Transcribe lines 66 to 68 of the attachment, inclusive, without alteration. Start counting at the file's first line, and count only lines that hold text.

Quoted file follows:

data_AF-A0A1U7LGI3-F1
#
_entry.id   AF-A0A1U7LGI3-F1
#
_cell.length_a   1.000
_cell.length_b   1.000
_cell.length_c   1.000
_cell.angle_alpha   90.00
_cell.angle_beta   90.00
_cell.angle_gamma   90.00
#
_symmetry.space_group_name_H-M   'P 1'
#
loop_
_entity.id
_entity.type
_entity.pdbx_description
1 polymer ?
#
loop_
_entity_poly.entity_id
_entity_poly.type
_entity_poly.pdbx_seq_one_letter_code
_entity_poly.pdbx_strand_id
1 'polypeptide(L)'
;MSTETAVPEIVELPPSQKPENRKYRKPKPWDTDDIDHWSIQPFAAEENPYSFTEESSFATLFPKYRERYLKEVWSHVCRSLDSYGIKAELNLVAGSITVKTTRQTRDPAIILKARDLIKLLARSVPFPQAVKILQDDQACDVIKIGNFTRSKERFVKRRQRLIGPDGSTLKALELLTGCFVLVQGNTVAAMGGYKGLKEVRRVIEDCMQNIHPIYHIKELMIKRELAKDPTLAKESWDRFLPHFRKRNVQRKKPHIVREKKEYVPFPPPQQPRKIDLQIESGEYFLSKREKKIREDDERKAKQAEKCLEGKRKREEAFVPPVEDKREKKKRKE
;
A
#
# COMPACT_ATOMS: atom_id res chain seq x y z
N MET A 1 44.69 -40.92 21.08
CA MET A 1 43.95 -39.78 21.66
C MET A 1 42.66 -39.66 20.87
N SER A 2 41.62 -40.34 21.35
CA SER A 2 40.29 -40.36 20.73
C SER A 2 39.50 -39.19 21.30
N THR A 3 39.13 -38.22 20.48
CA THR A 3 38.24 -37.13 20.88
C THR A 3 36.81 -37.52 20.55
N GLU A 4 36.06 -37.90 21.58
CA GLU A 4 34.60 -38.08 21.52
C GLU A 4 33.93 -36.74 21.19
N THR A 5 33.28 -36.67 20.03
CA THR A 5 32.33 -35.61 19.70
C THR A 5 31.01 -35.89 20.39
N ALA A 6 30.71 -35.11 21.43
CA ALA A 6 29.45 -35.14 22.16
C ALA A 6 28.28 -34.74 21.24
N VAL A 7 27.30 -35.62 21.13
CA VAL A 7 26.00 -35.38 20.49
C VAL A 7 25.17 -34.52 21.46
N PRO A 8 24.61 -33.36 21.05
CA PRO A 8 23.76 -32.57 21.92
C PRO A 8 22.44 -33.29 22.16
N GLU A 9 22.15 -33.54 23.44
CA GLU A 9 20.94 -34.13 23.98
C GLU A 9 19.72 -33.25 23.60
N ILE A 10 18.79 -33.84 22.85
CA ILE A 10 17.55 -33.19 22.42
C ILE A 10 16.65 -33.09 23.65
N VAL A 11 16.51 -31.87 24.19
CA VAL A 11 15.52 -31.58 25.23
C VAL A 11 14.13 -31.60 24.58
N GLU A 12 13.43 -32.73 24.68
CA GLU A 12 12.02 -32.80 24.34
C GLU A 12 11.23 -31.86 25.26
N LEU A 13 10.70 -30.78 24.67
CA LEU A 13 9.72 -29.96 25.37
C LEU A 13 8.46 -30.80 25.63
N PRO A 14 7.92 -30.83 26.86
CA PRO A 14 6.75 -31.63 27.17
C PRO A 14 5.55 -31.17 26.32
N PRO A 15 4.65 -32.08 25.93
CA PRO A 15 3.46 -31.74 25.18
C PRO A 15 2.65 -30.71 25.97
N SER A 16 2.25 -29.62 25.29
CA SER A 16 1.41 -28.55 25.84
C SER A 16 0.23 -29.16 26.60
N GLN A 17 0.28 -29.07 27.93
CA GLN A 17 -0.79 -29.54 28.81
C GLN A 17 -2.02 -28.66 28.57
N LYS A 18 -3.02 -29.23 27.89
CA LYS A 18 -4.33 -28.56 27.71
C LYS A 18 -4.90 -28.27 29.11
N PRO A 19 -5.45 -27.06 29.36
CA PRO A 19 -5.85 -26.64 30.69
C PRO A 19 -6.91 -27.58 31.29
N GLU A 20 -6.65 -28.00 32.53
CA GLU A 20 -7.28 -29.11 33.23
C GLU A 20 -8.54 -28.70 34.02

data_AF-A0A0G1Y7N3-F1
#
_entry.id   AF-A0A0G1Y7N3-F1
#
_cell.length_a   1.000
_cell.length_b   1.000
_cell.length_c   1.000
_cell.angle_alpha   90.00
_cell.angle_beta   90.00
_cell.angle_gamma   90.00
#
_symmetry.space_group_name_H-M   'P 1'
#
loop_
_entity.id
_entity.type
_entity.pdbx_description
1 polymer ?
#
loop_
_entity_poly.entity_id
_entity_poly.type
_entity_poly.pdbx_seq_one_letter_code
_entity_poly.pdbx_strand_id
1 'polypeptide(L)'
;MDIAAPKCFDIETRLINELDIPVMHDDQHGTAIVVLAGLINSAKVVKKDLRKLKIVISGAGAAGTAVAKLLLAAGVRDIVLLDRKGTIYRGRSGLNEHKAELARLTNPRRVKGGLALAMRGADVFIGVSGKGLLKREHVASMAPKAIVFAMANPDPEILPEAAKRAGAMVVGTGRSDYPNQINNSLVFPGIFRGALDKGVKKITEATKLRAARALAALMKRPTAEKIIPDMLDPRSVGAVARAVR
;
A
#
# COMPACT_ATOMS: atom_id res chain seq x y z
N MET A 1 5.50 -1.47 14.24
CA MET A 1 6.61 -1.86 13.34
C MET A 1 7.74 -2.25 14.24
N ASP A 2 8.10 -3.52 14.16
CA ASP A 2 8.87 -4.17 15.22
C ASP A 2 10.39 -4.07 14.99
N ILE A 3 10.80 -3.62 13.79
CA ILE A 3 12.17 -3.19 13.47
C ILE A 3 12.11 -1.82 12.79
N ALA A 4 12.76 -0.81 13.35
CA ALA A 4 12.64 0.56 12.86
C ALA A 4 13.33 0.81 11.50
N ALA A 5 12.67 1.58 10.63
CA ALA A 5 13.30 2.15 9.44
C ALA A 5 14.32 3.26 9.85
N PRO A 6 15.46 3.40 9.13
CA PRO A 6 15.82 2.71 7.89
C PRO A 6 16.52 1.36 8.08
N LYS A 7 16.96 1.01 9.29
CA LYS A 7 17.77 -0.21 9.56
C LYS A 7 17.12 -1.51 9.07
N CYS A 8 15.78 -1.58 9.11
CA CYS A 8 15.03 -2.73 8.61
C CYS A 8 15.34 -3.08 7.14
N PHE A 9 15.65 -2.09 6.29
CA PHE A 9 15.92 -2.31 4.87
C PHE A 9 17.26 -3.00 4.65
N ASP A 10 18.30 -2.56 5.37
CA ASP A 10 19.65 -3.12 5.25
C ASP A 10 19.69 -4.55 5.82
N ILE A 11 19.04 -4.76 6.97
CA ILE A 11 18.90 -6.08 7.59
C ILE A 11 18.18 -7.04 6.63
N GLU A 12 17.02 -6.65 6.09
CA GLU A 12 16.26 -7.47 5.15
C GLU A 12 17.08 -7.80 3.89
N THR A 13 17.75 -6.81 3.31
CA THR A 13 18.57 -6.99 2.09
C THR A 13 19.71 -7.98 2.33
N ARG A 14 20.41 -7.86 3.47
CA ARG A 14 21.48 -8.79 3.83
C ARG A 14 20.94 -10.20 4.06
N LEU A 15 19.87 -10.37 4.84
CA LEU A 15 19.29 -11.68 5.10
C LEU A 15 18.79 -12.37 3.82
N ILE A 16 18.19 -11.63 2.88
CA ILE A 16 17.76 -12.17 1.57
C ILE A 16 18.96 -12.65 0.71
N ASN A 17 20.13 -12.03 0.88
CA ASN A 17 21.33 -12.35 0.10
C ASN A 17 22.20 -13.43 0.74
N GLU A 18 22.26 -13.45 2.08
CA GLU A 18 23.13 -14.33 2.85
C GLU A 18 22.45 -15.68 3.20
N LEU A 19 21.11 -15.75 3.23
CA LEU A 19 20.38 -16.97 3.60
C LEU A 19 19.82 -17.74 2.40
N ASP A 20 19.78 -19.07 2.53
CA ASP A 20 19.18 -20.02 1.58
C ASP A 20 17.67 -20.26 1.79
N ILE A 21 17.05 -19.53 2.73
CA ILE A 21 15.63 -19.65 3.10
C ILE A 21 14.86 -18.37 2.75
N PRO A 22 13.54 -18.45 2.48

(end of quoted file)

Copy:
C GLU A 12 11.23 -31.86 25.26
N LEU A 13 10.70 -30.78 24.67
CA LEU A 13 9.72 -29.96 25.37